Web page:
In order to legally drive in Idaho, you’ll need liability insurance that at least includes:
- $25,000 for bodily injury to one person in a single accident.
- $50,000 for total bodily injury to two people or more in an accident
- $15,000 for property damage
When shopping for car insurance, you’ll sometimes see this written as 25/50/15.
You’re also required to purchase uninsured or underinsured motorists coverage (UM/UIM). This coverage protects you if you get into a car accident with someone who doesn’t have enough insurance to cover the damages caused by an accident. To learn more about this kind of coverage, check out our guide.
You can also get additional types of insurance to better protect yourself, including:
- Collision. If your car is damaged in an accident, this will help pay for repairs.
- Comprehensive. If your car is damaged by something other than an accident, like vandalism or a storm, you’re protected.
- Medical payments. Helps pay for medical bills incurred from a car accident.
- Custom equipment. Helps pay for the cost of custom equipment on the vehicle that was damaged in an accident.
- Rental reimbursement. Helps you manage the financial fallout of car repairs.
- Towing. Pays for the costs of moving your vehicle from the scene of the accident.
What happens if I’m driving in Idaho and I don’t have insurance?
If you’re driving in Idaho, you’re legally required to carry insurance with you. If you’re found without it, you’ll face some consequences.
- First offense. $75 fine.
- Second offense and subsequent offenses. Fines up to $1000.
- Additional requirements. You’ll be required to provide proof of responsibility.
What about temporary car insurance?
Yes, you can get temporary coverage if you need it. You might need coverage for a short period for a borrowed car or rental car. However, many insurance companies probably won’t offer this option.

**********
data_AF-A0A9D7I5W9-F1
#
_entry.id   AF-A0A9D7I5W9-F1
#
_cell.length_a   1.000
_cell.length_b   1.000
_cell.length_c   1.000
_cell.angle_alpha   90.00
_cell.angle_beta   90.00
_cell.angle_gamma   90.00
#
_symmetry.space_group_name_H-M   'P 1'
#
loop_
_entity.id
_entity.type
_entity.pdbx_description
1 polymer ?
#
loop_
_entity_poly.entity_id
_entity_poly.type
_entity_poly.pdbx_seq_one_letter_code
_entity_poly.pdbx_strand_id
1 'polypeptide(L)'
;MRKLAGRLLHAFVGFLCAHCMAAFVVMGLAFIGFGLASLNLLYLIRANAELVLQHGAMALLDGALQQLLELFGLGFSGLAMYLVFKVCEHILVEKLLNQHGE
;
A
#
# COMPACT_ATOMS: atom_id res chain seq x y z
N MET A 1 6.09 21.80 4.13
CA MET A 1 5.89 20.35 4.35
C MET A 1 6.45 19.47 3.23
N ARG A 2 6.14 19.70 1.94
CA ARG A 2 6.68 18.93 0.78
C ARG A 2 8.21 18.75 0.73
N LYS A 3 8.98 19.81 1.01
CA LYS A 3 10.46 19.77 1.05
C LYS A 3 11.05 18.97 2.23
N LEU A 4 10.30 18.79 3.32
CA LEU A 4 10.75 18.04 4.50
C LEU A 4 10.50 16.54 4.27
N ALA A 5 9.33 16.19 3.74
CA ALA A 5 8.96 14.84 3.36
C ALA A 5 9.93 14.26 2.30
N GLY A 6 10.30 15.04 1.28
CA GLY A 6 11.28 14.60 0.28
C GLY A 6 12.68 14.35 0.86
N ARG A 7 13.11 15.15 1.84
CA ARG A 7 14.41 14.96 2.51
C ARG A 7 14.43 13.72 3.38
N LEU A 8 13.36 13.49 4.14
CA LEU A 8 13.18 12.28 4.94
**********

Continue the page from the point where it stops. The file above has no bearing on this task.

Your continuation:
Your best option might be to call your current insurance provider or an online provider to find out your options. You can also find a policy that lets you cancel for no or low fees, and transfer to a more long term option when you’re ready.
Uninsured drivers in Idaho
About 6.7% drivers in Idaho don’t carry car insurance. That’s well below the national average of 12.6%, but it still means there are a lot of uninsured drivers out there.
To protect yourself from damages in a car accident, consider adding uninsured or underinsured motorist insurance to your policy.
Rates last updated February 17th, 2018
Drunk driving laws in Idaho
The legal limit in Idaho is the same as it is nationwide, with a 0.08 BAC limit for standard drivers and a 0.04% limit for any sort of commercial or professional driver. If you violate the legal limit you can expect steep fines, plus a possible license suspension and even jail time.
Up to 6 months in jail
Up to $1,000 in fines and penalties
License suspension for 90-180 days
10 days to 1 year in jail
Up to $2,000 in fines and penalties
License suspension for 1 year
Interlock Ignition Device (IID) required to drive after license suspension
30 days to 5 years in jail
Up to $5,000 in fines and penalties
License suspension for 1-5 years
IID required to drive after license suspension
Should I take or refuse a breathalyzer or alcohol sensor test in Idaho?